Pilonidal cyst

Last updated: March 16, 2021

Summarytoggle arrow icon

A pilonidal cyst (intergluteal pilonidal disease) is a skin condition caused by local inflammation of the superior midline gluteal cleft, which may progress to a local abscess or fistula. It is currently hypothesized to be an acquired condition with local penetration of hair follicles and debris in stretched intergluteal pores. Affected individuals – typically obese, sedentary men with excessive body hair and a deep gluteal cleft – may be asymptomatic or present with mild local symptoms such as local oozing or erythema; however, abscesses can also cause severe pain. Pilonidal cysts are diagnosed based on patient history and clinical examination. To treat the condition, radical resection with secondary wound healing is usually necessary. Asymptomatic patients can be treated conservatively.

Epidemiologytoggle arrow icon

Epidemiological data refers to the US, unless otherwise specified.

Pathophysiologytoggle arrow icon

The exact mechanism is unknown, however, the current prevailing hypothesis is that pilonidal disease is an acquired condition.

  • Sitting or bending cause hair follicles, in vulnerable skin within a deep natal cleft, to stretch and break → formation of an open pore or pit. These open pores either collect debris or broken hair roots (from the head, back or buttocks).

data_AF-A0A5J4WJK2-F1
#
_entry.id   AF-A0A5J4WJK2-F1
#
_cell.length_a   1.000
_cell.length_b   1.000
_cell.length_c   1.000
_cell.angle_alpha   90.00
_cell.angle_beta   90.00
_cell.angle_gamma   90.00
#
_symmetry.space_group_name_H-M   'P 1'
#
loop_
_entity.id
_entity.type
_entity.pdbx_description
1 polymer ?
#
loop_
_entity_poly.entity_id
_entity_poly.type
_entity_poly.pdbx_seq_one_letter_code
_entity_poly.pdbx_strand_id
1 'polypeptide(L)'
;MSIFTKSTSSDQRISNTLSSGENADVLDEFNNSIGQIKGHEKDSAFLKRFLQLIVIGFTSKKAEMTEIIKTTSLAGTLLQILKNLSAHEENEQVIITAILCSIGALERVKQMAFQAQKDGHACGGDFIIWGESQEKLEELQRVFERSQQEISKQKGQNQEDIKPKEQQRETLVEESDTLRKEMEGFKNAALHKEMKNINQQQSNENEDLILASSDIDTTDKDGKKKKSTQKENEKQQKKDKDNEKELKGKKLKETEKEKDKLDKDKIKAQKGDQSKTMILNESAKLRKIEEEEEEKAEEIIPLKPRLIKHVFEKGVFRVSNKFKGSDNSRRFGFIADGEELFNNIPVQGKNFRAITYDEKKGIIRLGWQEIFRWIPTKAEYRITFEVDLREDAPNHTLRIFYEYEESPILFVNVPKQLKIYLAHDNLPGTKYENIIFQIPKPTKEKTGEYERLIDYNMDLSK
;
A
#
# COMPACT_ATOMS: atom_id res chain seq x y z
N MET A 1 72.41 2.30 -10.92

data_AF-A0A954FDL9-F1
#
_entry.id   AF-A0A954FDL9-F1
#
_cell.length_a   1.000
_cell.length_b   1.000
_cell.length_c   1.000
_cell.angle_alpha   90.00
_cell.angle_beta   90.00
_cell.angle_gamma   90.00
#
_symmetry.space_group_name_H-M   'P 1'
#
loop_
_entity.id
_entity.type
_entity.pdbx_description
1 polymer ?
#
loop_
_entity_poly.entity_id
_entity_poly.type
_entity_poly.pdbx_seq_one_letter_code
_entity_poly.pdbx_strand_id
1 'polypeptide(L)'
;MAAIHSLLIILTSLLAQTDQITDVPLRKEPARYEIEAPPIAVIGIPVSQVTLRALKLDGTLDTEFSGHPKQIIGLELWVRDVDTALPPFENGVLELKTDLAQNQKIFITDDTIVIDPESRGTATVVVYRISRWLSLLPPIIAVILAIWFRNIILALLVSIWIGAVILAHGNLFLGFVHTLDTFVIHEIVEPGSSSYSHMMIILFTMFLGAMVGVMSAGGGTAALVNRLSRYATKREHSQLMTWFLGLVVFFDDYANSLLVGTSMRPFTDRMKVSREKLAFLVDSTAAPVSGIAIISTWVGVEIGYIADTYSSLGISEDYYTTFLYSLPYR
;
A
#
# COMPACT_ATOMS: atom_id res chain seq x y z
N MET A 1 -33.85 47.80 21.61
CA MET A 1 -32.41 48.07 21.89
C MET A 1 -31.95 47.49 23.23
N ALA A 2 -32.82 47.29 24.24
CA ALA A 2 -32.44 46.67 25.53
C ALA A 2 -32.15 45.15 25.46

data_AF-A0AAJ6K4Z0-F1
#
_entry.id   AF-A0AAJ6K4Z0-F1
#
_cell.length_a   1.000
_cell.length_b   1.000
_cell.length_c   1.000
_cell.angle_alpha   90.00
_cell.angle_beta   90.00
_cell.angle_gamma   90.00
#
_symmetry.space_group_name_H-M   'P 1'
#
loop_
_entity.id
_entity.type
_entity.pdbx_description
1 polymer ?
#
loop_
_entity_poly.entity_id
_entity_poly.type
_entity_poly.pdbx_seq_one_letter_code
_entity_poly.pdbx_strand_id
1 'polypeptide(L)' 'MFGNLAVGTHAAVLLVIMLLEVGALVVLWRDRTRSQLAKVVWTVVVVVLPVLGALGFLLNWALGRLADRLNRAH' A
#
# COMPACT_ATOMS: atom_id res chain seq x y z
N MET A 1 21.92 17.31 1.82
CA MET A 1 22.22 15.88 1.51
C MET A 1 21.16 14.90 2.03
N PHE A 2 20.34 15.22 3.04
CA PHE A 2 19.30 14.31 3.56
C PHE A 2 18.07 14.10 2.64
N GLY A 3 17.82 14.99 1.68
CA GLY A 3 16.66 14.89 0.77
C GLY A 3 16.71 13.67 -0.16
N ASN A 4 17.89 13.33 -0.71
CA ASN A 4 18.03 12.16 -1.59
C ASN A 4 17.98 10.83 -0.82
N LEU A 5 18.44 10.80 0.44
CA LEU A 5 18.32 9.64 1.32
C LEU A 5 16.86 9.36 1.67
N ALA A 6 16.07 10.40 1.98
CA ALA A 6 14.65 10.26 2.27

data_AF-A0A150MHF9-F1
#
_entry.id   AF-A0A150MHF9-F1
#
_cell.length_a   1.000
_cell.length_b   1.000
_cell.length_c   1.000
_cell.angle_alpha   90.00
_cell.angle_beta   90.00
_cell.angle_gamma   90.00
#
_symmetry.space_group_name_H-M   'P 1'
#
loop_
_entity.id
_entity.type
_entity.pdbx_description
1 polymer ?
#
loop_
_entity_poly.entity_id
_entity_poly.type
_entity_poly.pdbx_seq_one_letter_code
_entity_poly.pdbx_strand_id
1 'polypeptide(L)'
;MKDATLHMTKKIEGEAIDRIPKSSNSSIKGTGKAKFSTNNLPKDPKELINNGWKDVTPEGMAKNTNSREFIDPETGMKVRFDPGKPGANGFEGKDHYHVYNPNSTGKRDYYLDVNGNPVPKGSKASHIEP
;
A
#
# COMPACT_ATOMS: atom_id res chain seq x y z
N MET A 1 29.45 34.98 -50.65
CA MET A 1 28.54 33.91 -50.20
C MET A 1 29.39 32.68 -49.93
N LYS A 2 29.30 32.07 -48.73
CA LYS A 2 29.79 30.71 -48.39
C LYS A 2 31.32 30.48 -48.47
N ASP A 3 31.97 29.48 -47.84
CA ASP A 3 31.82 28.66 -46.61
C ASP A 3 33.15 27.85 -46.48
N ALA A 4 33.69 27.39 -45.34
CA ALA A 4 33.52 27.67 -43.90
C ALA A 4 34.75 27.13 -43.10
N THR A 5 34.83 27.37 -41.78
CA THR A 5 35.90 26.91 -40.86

• Movement causes negative pressure (e.g., “suction effect”) and further penetration of hair into local subcutaneous tissue → formation of a pilonidal sinus [2]
  • These collections trigger local tissue inflammation within the pilonidal sinus → acute infection (abscess) or fistulae [3][4]

Risk factorstoggle arrow icon

  • Young men with excessive body hair
  • Obesity
  • Deep gluteal cleft
  • Poor anal hygiene/local irritation
  • Sedentary lifestyle
  • Family history

Clinical featurestoggle arrow icon

Differential diagnosestoggle arrow icon

The differential diagnoses listed here are not exhaustive.

Treatmenttoggle arrow icon

Conservative treatment

  • Indications
    • Asymptomatic patients
    • Postsurgical care of symptomatic patients
  • Approach
    • Improved local hygiene
    • Local hair control (e.g., laser epilation) [5]
    • Observation for signs of infection

Surgical treatment

Referencestoggle arrow icon

  1. Majeski J, Stroud J. Sacrococcygeal Pilonidal Disease. International Surgery. 2011; 96: p.144-147.doi: 10.9738/1393.1 . | Open in Read by QxMD
  2. Bailey HR, Billingham RP, Stamos MJ, Snyder MJ. Colorectal surgery. Elsevier Saunders ; 2012: p. 170
  3. Goel TC, Goel A. Practical Surgery Short Clinical Cases. Jaypee Brothers Medical Publishers ; 2015: p. 219
  4. Pilonidal sinus disease. Updated: December 1, 2003. Accessed: December 6, 2016.
  5. Ghnnam WM, Hafez DM. Laser Hair Removal as Adjunct to Surgery for Pilonidal Sinus: Our Initial Experience. J Cutan Aesthet Surg. 2011; 4 (3): p.192-195.doi: 10.4103/0974-2077.91251 . | Open in Read by QxMD
  6. Greenberg R, Kashtan H, Skornik Y, Werbin N. Treatment of pilonidal sinus disease using fibrin glue as a sealant. Techniques in Coloproctology. 2004; 8 (2).
  7. Steele SR, Perry WB, Mills S, Buie WD. Practice Parameters for the Management of Pilonidal Disease. Dis Colon Rectum. 2013; 59 (9): p.1021-1027.doi: 10.1097/DCR.0b013e31829d2616 . | Open in Read by QxMD

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